It's interesting to see the interplay between a completely new user to Linux and more experienced users; especially in regard to Unity. It's easy to believe that it's a curmudgeon issue but I really think it's a matter of once being able to customize things and no longer being able to. So a new user, used to Windows and/or Mac, where what you get is pretty much what you use, Unity is familiar and easy. To old-time users it's a PITA. But new users is where Ubuntu wants to go and, from SevenCubed reaction to it I am greatly heartened.
I have, by the way, found that to become used to Linux you must abandon Windows; at least for some period of time. I have watched many, many users load up Linux on an old machine and play for a few hours but go back to Windows for "real" computing. Maybe Ubuntu and Unity have discovered a way around this. But so many users become accustomed to only the applications they've had on Windows. Even with Firefox and Chrome being virtually identical on all platforms this is common.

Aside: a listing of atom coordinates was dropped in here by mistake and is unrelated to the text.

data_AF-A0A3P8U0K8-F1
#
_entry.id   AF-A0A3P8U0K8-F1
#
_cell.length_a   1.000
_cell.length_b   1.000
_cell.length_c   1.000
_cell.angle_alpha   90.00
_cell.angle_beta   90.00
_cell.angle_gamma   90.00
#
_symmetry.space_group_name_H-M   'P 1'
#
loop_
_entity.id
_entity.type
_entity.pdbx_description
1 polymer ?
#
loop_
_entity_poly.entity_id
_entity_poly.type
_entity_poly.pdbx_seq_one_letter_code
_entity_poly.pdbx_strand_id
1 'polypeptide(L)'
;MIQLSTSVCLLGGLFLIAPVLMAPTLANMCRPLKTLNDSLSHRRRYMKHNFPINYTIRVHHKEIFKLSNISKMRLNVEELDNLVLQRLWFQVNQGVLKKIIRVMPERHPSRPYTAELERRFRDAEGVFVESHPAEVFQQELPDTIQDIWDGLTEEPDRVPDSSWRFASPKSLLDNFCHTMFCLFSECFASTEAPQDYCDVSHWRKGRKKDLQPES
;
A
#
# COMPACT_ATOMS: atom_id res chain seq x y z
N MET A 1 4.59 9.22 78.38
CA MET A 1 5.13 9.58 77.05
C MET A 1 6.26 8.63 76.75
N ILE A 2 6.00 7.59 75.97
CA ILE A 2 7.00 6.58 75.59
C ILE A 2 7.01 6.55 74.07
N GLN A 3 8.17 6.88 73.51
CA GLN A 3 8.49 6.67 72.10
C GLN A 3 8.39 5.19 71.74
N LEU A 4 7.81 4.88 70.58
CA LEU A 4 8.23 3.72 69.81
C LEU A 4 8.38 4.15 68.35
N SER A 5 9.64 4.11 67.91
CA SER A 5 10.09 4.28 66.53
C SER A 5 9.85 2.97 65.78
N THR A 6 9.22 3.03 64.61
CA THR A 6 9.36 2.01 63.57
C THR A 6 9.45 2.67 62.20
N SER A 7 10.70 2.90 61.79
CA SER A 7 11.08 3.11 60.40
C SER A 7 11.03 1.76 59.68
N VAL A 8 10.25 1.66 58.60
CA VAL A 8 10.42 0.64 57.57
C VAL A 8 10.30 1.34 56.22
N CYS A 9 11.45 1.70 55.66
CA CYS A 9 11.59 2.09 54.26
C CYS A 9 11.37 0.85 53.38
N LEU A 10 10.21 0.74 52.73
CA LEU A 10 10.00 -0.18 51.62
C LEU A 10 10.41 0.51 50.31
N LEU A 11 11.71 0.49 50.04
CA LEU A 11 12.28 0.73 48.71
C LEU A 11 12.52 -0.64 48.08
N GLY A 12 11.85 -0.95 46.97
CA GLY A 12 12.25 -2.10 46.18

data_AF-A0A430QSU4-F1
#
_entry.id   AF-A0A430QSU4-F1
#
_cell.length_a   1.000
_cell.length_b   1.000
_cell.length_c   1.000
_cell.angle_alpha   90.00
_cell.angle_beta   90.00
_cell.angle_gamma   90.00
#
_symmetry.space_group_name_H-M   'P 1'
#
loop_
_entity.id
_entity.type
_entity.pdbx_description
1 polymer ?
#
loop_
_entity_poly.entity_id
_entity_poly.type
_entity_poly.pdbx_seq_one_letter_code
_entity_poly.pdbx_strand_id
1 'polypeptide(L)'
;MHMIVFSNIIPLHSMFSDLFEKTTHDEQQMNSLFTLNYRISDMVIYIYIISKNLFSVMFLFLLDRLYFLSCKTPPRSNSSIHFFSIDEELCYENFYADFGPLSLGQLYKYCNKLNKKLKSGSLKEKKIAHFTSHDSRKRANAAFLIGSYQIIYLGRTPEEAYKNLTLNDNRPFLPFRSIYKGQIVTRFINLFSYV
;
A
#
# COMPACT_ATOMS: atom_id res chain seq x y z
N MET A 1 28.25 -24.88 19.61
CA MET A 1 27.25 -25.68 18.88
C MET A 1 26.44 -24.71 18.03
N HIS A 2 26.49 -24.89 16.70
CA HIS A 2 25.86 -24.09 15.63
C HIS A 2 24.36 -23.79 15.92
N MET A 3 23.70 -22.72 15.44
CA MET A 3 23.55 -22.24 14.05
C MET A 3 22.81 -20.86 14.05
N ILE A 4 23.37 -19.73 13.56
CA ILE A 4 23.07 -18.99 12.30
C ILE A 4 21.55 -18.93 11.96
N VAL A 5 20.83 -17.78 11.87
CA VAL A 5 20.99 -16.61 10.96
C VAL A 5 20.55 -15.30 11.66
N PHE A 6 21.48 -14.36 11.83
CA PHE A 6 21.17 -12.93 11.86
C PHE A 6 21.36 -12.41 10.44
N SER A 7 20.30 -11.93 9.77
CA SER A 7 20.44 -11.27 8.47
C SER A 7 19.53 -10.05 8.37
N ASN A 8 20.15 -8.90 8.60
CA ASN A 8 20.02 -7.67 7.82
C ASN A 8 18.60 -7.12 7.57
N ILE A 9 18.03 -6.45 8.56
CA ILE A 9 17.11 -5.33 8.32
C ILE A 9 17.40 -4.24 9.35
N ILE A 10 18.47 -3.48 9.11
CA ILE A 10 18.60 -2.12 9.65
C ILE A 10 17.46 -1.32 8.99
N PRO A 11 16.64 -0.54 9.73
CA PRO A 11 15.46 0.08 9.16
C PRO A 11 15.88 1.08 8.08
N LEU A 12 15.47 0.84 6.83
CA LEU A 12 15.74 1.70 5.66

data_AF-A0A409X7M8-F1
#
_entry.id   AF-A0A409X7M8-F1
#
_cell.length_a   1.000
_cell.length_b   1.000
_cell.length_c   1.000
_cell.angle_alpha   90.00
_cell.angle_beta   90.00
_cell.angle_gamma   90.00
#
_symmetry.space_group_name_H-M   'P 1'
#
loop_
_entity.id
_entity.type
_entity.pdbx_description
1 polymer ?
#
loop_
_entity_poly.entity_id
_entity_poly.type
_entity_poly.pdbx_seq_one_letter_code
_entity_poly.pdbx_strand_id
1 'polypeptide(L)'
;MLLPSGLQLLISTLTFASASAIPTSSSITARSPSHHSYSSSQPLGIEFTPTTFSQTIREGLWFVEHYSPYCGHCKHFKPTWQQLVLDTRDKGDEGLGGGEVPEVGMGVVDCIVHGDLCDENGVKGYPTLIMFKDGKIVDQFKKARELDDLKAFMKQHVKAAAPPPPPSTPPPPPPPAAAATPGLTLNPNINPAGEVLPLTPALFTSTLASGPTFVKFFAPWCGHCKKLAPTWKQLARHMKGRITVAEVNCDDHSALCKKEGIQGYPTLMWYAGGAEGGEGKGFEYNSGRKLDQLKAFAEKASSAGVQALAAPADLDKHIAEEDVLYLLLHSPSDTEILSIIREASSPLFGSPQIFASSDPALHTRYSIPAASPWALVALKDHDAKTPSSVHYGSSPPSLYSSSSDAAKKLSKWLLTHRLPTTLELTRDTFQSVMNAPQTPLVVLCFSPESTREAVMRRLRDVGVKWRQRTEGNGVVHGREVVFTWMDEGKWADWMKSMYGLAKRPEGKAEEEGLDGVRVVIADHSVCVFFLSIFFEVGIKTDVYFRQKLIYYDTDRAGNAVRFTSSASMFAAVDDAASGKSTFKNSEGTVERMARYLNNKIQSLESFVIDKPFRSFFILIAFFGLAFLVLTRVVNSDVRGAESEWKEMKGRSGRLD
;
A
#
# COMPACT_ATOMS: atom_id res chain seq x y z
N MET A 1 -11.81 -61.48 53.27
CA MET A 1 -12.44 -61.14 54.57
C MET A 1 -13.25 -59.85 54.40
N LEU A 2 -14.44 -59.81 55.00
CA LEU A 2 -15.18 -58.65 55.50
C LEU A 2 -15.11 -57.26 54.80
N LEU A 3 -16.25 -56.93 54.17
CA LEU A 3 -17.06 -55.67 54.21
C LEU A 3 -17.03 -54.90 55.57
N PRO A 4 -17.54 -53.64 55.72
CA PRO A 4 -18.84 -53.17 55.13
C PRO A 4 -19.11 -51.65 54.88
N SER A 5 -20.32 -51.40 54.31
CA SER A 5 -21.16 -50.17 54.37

For the record, my first OS was RT11 on a DEC in the 1970s. From there I went to Xenix, then to DOS, then to Windows, then to Windows with DESQview, then to Linux (in 1994). I have run many variants of *nix (including Coherent, FreeBSD, SunOS, etc.) and find myself much more comfortable with Linux as the "Swiss Army Knife of Operating Systems".
I have Linux boxes (mostly running Centos) scattered around the relatively small (in population) county where I live where they quietly perform tasks mostly unseen by the clients. I have run Ubuntu 10.04 on a desktop for a few years but have to change since it no longer will update. Probably to Mint.
But I have NEVER dual-booted. :)